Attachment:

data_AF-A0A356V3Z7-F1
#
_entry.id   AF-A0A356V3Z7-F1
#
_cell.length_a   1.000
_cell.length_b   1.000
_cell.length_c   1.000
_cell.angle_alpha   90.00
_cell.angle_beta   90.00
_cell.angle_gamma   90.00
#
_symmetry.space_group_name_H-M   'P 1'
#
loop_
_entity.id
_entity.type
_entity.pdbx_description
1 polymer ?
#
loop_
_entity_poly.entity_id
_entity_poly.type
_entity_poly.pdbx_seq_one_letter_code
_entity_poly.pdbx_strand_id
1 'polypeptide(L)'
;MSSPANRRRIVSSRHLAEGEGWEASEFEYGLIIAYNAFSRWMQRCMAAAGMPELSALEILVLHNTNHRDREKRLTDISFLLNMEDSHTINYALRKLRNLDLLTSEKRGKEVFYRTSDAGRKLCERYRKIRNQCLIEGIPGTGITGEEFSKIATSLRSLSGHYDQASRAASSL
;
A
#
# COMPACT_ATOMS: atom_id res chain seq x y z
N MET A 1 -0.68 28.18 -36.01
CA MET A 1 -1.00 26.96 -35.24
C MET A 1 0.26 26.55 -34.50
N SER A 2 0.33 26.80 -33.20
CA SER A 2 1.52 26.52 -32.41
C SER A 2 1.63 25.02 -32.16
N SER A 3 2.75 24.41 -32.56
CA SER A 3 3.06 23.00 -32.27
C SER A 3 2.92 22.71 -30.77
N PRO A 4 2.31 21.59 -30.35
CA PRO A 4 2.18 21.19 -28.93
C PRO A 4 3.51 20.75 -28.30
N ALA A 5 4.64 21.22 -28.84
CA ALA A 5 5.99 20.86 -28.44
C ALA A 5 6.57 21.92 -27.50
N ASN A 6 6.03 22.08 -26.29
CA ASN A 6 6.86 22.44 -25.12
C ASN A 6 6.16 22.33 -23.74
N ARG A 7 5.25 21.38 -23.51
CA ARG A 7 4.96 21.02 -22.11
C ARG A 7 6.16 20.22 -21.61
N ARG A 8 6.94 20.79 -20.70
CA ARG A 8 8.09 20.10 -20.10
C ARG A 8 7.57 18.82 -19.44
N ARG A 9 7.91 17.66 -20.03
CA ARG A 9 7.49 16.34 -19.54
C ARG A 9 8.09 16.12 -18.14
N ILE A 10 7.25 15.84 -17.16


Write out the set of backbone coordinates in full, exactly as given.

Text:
data_AF-A0A356V3Z7-F1
#
_entry.id   AF-A0A356V3Z7-F1
#
_cell.length_a   1.000
_cell.length_b   1.000
_cell.length_c   1.000
_cell.angle_alpha   90.00
_cell.angle_beta   90.00
_cell.angle_gamma   90.00
#
_symmetry.space_group_name_H-M   'P 1'
#
loop_
_entity.id
_entity.type
_entity.pdbx_description
1 polymer ?
#
loop_
_entity_poly.entity_id
_entity_poly.type
_entity_poly.pdbx_seq_one_letter_code
_entity_poly.pdbx_strand_id
1 'polypeptide(L)'
;MSSPANRRRIVSSRHLAEGEGWEASEFEYGLIIAYNAFSRWMQRCMAAAGMPELSALEILVLHNTNHRDREKRLTDISFLLNMEDSHTINYALRKLRNLDLLTSEKRGKEVFYRTSDAGRKLCERYRKIRNQCLIEGIPGTGITGEEFSKIATSLRSLSGHYDQASRAASSL
;
A
#
# COMPACT_ATOMS: atom_id res chain seq x y z
N MET A 1 -0.68 28.18 -36.01
CA MET A 1 -1.00 26.96 -35.24
C MET A 1 0.26 26.55 -34.50
N SER A 2 0.33 26.80 -33.20
CA SER A 2 1.52 26.52 -32.41
C SER A 2 1.63 25.02 -32.16
N SER A 3 2.75 24.41 -32.56
CA SER A 3 3.06 23.00 -32.27
C SER A 3 2.92 22.71 -30.77
N PRO A 4 2.31 21.59 -30.35
CA PRO A 4 2.18 21.19 -28.93
C PRO A 4 3.51 20.75 -28.30
N ALA A 5 4.64 21.22 -28.84
CA ALA A 5 5.99 20.86 -28.44
C ALA A 5 6.57 21.92 -27.50
N ASN A 6 6.03 22.08 -26.29
CA ASN A 6 6.86 22.44 -25.12
C ASN A 6 6.16 22.33 -23.74
N ARG A 7 5.25 21.38 -23.51
CA ARG A 7 4.96 21.02 -22.11
C ARG A 7 6.16 20.22 -21.61
N ARG A 8 6.94 20.79 -20.70
CA ARG A 8 8.09 20.10 -20.10
C ARG A 8 7.57 18.82 -19.44
N ARG A 9 7.91 17.66 -20.03
CA ARG A 9 7.49 16.34 -19.54
C ARG A 9 8.09 16.12 -18.14
N ILE A 10 7.25 15.84 -17.16